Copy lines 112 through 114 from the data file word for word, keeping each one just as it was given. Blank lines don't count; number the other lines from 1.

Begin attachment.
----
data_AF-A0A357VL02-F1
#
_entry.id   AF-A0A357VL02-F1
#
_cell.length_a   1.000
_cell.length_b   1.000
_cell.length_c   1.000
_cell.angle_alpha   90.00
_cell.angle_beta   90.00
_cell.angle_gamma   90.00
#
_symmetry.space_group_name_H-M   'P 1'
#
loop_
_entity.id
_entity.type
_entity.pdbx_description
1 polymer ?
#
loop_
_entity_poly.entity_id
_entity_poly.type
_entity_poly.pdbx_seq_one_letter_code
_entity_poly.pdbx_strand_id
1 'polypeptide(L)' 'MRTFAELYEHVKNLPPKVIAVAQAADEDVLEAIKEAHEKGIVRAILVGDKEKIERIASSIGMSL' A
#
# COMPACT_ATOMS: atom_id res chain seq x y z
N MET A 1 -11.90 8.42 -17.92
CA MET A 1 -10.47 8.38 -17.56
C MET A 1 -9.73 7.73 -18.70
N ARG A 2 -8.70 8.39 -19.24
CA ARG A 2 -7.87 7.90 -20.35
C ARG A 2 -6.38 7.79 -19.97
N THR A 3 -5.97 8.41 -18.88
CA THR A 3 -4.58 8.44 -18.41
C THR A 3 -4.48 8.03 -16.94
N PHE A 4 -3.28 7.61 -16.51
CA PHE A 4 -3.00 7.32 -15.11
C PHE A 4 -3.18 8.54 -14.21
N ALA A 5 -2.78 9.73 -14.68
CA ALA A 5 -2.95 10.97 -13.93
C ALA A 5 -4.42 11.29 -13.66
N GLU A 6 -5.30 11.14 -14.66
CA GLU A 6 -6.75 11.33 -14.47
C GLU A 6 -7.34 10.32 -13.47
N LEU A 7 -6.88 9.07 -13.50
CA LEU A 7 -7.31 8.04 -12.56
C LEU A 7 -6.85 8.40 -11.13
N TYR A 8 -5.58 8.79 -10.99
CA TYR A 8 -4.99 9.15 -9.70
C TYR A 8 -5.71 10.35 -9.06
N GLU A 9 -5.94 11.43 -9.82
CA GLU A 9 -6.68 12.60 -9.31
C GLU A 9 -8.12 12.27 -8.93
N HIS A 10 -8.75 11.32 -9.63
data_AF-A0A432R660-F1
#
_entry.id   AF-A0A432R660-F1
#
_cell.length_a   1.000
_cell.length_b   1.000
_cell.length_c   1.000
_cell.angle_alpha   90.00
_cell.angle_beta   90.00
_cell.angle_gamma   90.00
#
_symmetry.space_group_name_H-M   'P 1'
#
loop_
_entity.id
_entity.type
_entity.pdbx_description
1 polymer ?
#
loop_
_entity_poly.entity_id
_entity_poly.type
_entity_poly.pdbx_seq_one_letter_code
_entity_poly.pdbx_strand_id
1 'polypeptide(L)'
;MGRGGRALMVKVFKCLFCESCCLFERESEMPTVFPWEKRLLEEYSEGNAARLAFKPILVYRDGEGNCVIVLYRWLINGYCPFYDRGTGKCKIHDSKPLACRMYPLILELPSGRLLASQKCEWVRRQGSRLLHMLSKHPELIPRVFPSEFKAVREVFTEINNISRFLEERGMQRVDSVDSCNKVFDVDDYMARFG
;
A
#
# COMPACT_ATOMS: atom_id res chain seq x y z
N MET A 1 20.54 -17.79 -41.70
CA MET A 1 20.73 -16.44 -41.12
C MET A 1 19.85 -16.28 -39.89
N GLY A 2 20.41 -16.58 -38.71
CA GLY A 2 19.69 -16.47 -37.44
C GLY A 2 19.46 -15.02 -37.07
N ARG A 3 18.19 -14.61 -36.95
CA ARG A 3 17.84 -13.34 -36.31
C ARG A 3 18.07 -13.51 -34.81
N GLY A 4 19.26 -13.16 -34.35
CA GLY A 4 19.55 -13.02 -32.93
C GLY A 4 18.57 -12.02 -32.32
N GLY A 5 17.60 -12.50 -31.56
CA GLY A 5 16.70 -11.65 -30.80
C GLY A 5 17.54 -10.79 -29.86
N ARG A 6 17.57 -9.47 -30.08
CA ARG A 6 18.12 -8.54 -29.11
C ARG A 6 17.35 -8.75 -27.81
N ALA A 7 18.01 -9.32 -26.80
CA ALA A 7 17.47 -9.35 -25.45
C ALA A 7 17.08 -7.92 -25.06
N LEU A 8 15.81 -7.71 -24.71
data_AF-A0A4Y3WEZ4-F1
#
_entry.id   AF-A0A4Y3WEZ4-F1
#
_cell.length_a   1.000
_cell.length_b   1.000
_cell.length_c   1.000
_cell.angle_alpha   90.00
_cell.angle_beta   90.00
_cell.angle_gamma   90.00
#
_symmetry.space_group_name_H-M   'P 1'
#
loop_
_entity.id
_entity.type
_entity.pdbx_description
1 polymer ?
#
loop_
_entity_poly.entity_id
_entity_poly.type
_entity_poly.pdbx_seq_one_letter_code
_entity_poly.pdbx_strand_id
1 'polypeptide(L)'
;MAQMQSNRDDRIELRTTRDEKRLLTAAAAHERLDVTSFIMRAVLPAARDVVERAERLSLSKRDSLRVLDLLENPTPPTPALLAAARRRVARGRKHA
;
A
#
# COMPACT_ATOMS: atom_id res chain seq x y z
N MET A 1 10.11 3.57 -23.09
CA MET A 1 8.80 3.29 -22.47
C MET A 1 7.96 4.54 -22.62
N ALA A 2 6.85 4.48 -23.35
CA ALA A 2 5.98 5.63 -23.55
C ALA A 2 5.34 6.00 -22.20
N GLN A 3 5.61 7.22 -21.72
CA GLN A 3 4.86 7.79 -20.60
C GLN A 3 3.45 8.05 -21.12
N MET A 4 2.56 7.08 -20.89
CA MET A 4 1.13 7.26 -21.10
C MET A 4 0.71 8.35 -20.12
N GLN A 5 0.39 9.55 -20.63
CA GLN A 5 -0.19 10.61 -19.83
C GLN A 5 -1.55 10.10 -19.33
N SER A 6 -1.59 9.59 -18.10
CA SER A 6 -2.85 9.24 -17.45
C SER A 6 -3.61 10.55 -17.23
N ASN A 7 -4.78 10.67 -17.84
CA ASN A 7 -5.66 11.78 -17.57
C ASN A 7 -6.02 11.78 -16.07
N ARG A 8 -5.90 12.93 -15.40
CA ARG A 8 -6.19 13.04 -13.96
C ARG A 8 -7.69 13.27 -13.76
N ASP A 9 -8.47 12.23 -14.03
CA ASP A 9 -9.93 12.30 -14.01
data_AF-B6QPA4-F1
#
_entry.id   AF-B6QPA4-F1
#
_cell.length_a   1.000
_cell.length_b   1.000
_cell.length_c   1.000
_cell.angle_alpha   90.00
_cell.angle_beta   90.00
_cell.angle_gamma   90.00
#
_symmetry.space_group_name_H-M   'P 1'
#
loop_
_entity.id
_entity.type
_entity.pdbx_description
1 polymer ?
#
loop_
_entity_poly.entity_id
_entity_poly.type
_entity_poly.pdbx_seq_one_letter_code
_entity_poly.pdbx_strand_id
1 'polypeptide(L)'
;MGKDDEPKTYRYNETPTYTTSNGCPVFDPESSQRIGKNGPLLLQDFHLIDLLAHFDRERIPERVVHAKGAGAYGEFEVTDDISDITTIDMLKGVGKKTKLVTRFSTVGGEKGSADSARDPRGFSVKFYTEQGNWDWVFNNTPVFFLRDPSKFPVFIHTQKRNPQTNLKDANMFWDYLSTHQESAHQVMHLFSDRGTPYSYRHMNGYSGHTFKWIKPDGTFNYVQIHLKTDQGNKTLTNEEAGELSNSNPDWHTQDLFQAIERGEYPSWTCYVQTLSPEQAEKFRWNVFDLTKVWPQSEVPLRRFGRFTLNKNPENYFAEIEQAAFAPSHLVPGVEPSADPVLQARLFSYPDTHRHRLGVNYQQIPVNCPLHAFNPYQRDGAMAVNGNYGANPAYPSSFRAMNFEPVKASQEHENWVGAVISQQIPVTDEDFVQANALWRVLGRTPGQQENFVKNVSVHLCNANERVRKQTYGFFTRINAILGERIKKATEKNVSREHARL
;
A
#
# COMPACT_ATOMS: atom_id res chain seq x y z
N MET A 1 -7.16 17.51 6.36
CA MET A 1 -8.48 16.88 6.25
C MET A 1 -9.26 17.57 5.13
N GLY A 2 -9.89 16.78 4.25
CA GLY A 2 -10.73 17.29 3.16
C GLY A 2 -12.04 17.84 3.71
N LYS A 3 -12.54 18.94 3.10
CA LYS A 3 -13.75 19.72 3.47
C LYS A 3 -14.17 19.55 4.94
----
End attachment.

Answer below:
_cell.length_a   1.000
_cell.length_b   1.000
_cell.length_c   1.000